The Sceran Walloon

∴ A Spur of the Moment ∴

“There’s neither Swallow, Dove, or Dade
Can soar more high or deeper wade
Nor show a reason from the stars
What causeth peace or civil wars”

Your voice sounds out, high and wavering on the early morning air. Singing comes easy on a day like this, with sunlight dappling through the trees onto the stony road. You feel each stone through the rattling seat, peppering your song with jolted off-notes – but you don’t mind. The rumbling wheels and clattering hooves mean you’re on your way again.

Suddenly you halt your verse, and coax the dun mare to a standstill. Were you only imagining a shape in the bushes? Is the road getting to you already? Then in an instant the man is upon you, small and wiry in an oil-reeking coat and well-worn boots. Hardly the dandy highwayman of tavern songs, you think absurdly as the scene unfolds.

The mare rears and whinnies as the stranger rounds it, making for the driver’s seat step. That dappled sunlight you admired only moments ago now illuminates a sharp needle of steel in his hand. Something tells you he doesn’t mean to bargain.

In an instant, the pistol is in your hand. The brigand’s eyes widen. He wouldn’t be the first to mistake you for a witless farmer’s son. A bang. A jolt. Another whinny from the foaming mare, and the highwayman falls away from the carriage, his mouth agape and ghastly.

Staring through pistol-smoke in mute wonder, your attention is caught by the dead man’s sword. Small, like the brigand himself, but much prettier you think. A pierced plate and swelling black bars; a raised thumb ring with a single cut-out heart. 

Now there’s a sword worth a ballad, you think, snatching it up into your hand. With a fresh tune on your lips, you turn back to the carriage.

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The Baneful Walloon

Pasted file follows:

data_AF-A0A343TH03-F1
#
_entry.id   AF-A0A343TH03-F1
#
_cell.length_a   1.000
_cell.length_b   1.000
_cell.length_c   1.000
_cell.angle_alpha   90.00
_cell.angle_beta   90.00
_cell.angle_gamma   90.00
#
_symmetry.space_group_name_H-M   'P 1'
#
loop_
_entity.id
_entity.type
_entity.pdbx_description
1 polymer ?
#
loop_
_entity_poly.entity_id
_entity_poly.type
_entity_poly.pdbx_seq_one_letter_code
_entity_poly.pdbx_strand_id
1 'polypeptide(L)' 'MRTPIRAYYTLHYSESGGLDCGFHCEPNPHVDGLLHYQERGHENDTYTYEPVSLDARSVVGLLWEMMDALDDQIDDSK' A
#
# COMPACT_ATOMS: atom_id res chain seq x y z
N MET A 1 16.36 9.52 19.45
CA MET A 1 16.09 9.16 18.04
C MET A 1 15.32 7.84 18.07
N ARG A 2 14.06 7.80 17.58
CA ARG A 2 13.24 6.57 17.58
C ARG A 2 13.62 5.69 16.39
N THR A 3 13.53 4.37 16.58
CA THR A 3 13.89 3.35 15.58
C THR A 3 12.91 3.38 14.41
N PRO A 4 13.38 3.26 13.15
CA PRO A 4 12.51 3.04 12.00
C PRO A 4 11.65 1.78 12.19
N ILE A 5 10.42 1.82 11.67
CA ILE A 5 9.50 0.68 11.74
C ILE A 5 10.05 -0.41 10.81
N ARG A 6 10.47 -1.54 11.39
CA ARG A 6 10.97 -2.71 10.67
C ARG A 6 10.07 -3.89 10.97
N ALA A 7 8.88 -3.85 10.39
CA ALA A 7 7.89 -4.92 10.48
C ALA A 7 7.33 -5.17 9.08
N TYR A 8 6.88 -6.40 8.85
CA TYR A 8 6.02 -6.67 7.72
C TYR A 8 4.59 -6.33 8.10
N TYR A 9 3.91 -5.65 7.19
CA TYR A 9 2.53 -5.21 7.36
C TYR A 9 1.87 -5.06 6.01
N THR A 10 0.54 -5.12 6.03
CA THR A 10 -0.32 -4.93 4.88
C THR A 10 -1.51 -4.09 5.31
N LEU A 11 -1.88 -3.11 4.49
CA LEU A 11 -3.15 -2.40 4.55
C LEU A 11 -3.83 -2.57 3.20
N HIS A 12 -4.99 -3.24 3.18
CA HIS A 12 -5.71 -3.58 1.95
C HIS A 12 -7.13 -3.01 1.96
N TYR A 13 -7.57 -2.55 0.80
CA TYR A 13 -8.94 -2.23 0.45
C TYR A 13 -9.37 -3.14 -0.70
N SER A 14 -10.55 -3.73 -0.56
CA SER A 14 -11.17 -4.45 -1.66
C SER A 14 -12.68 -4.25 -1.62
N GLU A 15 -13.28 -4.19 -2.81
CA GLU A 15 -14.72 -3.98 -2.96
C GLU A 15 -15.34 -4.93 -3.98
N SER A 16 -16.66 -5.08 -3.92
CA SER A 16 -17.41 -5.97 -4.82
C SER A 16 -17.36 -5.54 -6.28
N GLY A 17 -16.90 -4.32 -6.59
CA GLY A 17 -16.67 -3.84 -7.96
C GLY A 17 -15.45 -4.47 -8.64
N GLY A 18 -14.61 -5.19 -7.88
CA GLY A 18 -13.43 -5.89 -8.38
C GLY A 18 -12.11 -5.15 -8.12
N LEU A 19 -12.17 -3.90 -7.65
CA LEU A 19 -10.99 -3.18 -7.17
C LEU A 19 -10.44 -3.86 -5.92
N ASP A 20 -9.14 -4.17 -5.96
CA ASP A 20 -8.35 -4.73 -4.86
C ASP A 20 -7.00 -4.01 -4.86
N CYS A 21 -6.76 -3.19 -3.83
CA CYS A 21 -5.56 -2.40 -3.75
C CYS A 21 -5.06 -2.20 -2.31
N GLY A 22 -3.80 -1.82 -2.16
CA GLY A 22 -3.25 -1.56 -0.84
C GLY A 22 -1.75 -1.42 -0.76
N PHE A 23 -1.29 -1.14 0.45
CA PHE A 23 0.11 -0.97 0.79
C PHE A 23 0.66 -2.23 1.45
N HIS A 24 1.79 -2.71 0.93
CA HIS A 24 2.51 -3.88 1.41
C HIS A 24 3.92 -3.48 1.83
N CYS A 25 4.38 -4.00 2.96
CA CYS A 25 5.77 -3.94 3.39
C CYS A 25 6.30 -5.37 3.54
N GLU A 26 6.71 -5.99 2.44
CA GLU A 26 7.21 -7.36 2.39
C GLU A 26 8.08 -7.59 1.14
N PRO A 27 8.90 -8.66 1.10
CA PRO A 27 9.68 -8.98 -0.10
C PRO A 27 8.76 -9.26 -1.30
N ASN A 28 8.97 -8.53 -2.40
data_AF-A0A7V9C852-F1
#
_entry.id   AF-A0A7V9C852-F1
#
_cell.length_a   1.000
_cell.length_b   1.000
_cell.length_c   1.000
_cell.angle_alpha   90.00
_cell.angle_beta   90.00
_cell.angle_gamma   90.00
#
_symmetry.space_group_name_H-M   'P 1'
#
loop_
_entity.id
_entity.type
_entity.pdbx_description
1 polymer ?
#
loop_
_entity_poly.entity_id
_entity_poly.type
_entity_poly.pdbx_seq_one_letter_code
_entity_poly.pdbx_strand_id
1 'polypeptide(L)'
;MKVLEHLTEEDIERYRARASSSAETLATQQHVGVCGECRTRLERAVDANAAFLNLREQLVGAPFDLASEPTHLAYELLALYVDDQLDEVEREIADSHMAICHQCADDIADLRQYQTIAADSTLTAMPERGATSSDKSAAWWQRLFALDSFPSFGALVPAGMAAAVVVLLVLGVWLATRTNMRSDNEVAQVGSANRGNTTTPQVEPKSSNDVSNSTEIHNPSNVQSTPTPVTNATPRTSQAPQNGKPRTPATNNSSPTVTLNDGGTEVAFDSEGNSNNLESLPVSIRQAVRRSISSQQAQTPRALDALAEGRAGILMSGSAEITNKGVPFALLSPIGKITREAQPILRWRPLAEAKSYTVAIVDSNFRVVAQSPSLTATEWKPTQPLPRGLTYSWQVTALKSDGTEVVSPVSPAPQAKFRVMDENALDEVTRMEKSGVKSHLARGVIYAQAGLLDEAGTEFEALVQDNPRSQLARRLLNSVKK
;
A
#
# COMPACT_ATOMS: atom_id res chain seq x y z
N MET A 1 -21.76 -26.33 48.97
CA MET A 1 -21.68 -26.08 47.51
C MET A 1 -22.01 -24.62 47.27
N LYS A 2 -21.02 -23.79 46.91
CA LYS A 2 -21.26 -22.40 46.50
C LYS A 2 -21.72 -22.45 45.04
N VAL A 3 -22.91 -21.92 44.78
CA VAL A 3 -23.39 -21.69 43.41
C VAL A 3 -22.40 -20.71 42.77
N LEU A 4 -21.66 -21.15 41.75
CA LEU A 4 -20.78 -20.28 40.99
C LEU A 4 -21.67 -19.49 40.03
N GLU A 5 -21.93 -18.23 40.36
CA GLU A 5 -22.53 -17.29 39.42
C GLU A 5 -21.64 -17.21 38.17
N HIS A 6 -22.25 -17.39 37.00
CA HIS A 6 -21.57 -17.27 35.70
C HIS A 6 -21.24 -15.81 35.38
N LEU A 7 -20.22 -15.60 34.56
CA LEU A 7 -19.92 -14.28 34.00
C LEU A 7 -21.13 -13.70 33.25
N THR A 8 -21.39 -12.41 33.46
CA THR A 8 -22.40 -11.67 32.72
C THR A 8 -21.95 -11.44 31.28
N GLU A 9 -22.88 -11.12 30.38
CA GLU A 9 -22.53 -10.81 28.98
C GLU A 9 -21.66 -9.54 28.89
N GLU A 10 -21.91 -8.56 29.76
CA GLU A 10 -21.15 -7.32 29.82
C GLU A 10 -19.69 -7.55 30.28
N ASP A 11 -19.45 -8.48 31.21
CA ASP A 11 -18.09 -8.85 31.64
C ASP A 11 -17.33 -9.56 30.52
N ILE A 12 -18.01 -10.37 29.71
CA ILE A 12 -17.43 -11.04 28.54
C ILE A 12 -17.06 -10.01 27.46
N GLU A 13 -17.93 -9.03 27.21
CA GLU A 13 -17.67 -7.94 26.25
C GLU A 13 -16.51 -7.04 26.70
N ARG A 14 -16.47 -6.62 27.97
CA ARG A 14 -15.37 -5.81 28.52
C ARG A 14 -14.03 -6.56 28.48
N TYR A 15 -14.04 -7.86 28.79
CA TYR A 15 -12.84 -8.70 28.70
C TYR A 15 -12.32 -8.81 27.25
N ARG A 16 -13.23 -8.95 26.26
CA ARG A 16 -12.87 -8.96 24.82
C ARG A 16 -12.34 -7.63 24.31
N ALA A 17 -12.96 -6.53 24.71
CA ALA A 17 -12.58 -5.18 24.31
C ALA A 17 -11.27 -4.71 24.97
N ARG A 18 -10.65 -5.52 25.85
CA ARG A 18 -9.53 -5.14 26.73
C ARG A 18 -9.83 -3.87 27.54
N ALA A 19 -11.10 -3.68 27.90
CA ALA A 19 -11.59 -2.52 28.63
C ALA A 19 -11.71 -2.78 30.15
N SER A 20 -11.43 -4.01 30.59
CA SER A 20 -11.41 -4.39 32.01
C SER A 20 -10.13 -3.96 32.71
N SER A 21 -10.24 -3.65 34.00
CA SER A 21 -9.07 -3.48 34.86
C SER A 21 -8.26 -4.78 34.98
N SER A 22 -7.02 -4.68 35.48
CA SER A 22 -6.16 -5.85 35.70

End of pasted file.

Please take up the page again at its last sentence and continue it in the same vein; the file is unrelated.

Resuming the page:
∴ An Expert Companion∴

Pulling your hood closer, you scowl into the driving rain and trudge on, cold water washing through your worn-out boots. You must still be 20 miles from Inverness, and the deluge shows no sign of slowing. Once again you wonder why you left – at least the bloody barracks had been dry.

Some miles down the road (you stopped counting days ago) you think you catch sight of a figure, barely a shadow through sheets of rain. Your heart leaps and your hand flies to your scabbard, but you steady yourself and peer deeper through the downpour. The shape is small and stooped with age. No threat to you.

As your breathing slows, you find yourself wondering how much coin the old man carries. Your stomach growls like something feral at the thought of a full meal. There’s already a price on your head – and as your mother always said, may as well be hanged for a sheep.

“Halt if you value your life!” you call into the rain. To illustrate your point, you draw the dagger from your belt.

The old man doesn’t stop. As he draws nearer, you make out a heavily scarred face, hair hanging damp and limp across a horrible grin. Without slowing his pace, he casts aside the skirt of his coat and, quick as lightning, draws a sword. The blade gleams bright against matte black steel, a scattering of hearts piercing the plate.

You have a feeling you just made a terrible mistake.

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